Marketers love demographics.
We love knowing how much money our audience makes, what zip code they live in and what their ethnic origin in.
We love knowing these things because we assume this information tells us about who these people are.
It's a fair assumption, or at least it WAS a fair assumption.
We now live in a world where people can have a range of experiences that defy the stereotypes of geography, age and race.
You can be a Buddhist without moving to India. You can gather with people who think like you without worrying if they look like you.
At my day job I have stopped describing in terms like race and gender. I define them (lovingly) as nerds. Not black nerds, white nerds or rich nerds. They are people who value intellectual stimulation and expect that to be reflected in the work on stage.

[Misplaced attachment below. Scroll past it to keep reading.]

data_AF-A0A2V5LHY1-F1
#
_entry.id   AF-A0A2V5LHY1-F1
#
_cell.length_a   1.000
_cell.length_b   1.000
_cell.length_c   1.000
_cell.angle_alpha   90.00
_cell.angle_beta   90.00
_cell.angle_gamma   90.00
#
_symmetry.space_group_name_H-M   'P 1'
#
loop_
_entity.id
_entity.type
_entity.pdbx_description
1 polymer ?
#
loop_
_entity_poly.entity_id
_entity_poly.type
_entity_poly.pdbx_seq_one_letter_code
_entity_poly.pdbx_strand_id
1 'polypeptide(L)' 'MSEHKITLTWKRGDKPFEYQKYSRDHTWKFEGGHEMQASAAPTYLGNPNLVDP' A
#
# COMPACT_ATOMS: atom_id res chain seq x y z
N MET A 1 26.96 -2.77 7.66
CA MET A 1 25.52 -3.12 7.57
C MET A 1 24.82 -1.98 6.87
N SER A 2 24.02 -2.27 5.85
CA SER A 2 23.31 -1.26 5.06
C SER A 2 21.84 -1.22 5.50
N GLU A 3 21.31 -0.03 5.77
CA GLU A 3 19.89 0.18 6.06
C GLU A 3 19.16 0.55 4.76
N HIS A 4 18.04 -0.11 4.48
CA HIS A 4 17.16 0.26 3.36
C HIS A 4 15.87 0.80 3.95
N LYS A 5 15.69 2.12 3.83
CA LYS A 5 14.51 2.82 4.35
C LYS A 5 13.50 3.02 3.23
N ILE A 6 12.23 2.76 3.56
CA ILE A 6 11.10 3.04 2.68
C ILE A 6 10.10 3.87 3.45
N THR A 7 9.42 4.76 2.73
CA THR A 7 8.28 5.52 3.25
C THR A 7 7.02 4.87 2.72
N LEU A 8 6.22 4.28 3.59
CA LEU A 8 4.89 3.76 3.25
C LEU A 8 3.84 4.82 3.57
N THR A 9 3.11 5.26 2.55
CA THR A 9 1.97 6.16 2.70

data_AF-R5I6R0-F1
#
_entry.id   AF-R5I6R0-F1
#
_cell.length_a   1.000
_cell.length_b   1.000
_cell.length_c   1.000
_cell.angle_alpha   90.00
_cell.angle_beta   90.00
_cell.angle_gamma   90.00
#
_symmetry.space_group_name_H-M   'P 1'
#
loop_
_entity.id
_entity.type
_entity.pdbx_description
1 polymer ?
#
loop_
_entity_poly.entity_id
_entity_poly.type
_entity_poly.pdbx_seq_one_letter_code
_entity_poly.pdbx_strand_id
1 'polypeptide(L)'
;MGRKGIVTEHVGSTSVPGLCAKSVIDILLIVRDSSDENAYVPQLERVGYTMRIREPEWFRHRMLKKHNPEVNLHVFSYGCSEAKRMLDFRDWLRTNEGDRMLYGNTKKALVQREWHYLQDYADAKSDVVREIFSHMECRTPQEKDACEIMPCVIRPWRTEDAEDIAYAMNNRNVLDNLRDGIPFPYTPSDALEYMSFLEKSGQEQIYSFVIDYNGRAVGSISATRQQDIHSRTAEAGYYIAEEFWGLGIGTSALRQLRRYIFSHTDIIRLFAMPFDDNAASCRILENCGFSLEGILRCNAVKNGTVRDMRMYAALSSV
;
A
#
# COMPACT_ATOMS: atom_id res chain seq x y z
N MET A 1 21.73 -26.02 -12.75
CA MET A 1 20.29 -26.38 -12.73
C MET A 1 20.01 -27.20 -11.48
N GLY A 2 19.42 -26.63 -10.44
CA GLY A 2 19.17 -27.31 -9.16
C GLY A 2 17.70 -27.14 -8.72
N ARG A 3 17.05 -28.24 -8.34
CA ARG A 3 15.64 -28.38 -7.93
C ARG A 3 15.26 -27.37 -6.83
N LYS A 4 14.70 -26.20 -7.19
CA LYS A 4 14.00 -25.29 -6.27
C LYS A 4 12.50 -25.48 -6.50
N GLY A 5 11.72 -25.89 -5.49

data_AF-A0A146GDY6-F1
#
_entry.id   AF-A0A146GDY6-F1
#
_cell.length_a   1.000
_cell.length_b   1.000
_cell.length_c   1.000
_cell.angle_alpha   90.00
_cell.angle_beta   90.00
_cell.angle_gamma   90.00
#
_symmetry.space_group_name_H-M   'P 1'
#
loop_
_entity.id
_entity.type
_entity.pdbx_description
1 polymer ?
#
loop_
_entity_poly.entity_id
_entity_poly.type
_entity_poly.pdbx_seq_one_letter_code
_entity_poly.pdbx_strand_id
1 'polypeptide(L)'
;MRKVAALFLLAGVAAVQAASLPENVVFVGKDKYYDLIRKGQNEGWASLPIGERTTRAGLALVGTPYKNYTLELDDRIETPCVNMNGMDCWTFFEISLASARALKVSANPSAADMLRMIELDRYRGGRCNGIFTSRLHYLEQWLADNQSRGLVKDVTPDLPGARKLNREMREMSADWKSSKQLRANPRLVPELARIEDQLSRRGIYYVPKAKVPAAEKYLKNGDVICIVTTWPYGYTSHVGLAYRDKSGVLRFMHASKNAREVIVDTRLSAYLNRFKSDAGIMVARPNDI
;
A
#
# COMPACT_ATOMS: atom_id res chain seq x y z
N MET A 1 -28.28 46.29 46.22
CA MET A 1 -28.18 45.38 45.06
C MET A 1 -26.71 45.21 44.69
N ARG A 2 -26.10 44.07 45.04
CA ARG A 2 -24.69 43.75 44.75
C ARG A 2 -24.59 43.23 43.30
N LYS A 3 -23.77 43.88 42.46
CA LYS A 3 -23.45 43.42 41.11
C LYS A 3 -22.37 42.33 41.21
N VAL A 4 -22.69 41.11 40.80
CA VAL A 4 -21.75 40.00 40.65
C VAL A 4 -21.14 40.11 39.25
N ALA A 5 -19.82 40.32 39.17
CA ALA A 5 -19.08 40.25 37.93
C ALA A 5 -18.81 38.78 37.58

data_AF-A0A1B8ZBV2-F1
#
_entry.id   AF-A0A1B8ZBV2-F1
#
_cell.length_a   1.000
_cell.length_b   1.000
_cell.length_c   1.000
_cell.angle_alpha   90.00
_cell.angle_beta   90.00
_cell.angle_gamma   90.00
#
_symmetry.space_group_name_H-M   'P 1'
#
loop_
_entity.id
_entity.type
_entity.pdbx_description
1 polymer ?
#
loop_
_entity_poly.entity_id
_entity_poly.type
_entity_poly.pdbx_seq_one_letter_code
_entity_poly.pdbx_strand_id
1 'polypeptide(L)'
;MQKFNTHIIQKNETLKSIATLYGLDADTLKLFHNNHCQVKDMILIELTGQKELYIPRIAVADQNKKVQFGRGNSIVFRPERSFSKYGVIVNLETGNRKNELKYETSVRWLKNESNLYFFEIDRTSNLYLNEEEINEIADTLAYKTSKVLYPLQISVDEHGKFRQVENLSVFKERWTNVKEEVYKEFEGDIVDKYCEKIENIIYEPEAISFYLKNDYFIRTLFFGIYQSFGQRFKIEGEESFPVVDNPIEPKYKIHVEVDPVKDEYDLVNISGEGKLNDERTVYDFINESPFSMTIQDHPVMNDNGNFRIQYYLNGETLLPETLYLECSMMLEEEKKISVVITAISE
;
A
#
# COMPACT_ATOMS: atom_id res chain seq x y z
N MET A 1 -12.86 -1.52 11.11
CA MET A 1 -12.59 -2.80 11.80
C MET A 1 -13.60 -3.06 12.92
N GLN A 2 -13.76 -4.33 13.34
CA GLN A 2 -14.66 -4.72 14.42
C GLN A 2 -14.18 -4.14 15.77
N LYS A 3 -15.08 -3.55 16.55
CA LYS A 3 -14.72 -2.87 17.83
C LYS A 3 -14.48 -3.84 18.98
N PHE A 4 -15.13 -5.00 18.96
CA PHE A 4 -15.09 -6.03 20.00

If you were stripped of all the traditional demographic language that marketers use, how would you describe your audience?
What do they have in common?
What do they believe?
And how could you use that information to find people who think in a similar fashion?
I've got a bit of news:
After doing a bit of research and talking with clients, I have decided to offer a new arts marketing coaching service. It's called Paradox 90. It's a quick, affordable way for you to get the marketing help you need. Take advantage of it. For more details, click here